Research carried out has revealed that a genetic variant of a region of chromosome 3 is associated with the most severe manifestations of the Coronavirus disease.
COVID-19 sufferers who have a DNA segment from Neanderthal man, inherited from crossing over with the human genome some 60,000 years ago, are more susceptible to serious complications, according to a team of researchers from Germany.
The genetic sequence inherited from this distant cousin of the human species means that, for example, these patients are three times as likely to need mechanical ventilation, according to the study published last week in “Nature” Magazine.
The disease manifests itself through a wide variety of symptoms, which depend on age, sex, medical condition … To these conditions should be added the genetic factor, according to researchers at the Max Planck Institute for Anthropological Evolution, in Germany .
“It is surprising to find that the genetic inheritance of the Neanderthal has such tragic consequences during the current pandemic,” said one of the co-authors, Svante Paabo, director of the department of genetics of that institution, based in Leipzig.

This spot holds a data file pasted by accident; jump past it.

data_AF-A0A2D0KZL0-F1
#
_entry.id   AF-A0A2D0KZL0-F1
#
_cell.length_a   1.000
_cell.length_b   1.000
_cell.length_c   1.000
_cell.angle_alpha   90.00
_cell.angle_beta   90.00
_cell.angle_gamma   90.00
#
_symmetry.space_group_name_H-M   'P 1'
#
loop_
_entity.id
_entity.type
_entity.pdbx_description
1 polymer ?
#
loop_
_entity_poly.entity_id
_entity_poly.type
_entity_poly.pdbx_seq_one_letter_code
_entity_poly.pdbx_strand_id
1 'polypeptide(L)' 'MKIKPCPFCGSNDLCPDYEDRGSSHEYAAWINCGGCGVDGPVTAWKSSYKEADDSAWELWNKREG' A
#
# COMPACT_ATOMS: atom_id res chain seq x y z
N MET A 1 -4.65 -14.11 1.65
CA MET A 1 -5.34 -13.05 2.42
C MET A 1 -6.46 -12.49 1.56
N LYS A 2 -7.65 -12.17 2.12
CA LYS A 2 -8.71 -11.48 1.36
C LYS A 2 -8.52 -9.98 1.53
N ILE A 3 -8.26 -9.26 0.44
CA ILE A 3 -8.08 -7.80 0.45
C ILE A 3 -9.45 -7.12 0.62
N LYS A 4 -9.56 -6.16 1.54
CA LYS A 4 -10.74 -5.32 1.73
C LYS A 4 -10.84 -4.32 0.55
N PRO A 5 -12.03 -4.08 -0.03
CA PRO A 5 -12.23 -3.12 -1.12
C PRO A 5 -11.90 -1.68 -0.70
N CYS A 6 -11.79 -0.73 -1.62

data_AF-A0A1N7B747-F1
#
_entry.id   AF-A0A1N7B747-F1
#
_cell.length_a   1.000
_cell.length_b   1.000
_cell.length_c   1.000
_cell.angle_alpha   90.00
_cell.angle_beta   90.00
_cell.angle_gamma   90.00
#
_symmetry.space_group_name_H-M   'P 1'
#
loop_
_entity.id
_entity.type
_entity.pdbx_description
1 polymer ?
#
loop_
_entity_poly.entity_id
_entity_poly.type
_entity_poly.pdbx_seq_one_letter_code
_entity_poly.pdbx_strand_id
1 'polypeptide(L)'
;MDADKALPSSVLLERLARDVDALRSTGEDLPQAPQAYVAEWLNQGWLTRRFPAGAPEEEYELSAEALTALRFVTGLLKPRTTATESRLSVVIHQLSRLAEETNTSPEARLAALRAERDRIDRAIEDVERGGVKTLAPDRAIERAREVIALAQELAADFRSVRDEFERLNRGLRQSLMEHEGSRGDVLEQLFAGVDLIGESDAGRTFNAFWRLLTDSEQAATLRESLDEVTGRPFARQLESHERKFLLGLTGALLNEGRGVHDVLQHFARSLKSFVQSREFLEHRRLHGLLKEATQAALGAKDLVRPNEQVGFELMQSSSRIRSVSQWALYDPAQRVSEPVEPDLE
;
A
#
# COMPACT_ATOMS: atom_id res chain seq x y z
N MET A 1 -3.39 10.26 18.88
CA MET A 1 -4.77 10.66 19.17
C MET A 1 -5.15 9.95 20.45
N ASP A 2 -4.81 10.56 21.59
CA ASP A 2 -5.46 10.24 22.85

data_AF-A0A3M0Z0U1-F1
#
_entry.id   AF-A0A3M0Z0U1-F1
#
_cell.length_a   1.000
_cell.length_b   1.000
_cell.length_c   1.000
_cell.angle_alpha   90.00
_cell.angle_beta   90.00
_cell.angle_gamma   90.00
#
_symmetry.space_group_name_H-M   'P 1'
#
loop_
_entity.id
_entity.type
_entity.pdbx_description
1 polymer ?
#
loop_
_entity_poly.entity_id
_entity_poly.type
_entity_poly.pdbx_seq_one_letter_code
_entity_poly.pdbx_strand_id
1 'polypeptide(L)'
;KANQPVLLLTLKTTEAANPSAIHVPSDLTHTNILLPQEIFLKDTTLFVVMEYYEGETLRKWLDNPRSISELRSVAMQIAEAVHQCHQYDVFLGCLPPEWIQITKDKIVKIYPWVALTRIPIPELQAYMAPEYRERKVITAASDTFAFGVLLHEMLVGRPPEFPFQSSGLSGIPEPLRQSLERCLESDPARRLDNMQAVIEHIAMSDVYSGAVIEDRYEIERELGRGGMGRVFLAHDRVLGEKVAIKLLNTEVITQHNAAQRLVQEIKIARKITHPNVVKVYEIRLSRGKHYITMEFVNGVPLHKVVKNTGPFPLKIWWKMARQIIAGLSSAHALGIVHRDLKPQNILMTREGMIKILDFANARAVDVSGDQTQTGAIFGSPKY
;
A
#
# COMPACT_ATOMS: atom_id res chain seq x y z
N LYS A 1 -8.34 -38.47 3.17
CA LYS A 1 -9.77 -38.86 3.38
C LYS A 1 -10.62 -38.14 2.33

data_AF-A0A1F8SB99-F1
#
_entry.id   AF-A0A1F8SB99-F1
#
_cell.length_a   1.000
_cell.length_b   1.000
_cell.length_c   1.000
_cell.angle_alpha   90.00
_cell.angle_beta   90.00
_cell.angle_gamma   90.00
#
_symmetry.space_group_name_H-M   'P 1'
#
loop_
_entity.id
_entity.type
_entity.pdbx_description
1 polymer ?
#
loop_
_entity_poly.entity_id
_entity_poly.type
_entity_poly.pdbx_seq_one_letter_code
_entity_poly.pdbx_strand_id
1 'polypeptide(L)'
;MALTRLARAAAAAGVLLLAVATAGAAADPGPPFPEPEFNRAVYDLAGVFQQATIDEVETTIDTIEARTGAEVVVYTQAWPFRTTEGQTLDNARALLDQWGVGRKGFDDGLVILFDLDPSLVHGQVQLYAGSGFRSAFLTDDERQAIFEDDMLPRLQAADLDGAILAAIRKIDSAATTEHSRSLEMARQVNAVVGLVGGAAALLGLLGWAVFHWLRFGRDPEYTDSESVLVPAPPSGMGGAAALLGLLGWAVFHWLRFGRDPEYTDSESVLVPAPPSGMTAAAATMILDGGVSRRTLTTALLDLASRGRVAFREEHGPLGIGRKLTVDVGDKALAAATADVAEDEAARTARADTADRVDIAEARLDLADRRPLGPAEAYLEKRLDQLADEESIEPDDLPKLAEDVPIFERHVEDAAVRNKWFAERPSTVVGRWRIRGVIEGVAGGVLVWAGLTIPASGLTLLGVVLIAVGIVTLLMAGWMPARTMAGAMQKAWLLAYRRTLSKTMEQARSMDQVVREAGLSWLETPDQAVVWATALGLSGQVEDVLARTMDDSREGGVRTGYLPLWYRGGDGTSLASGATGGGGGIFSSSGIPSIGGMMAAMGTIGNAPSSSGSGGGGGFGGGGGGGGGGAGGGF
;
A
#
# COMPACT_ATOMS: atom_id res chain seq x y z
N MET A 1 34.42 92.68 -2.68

Until now, research carried out by the organization “COVID-19 Host Genetics Initiative” had revealed that a genetic variant of a region of chromosome 3 – one of the 23 that make up the human genome – was associated with the most serious manifestations of the illness.
This same region was already known to harbor the genetic code from the Neanderthal, which led Svante Paabo and his colleague, Hugo Zeberg, to search for a possible link with COVID-19.
Crossing of populations
First, they determined that while a Neanderthal man from southern Europe had an almost identical segment to these patients, two other specimens found in southern Siberia lacked it, as well as an individual from another species, Denisovans.
And they concluded that while modern man and Neanderthal man may have inherited this gene fragment from a common ancestor half a million years ago, it is more likely that it was integrated into the human genome through the more recent crossing of populations 60,000 years. This potentially dangerous segment for COVID-19 patients is not evenly distributed in the world, according to the study.
Thus, it is present in almost half of the population of South Asia, with Bangladesh having the highest proportion (63%), which could explain why citizens of that country living in Great Britain are twice as likely of dying due to COVID-19 than the general population, the study authors state. It is also shared by 16% of Europeans and 10% of Latin Americans, while it is practically absent from the genome of the inhabitants of East Asia and Africa.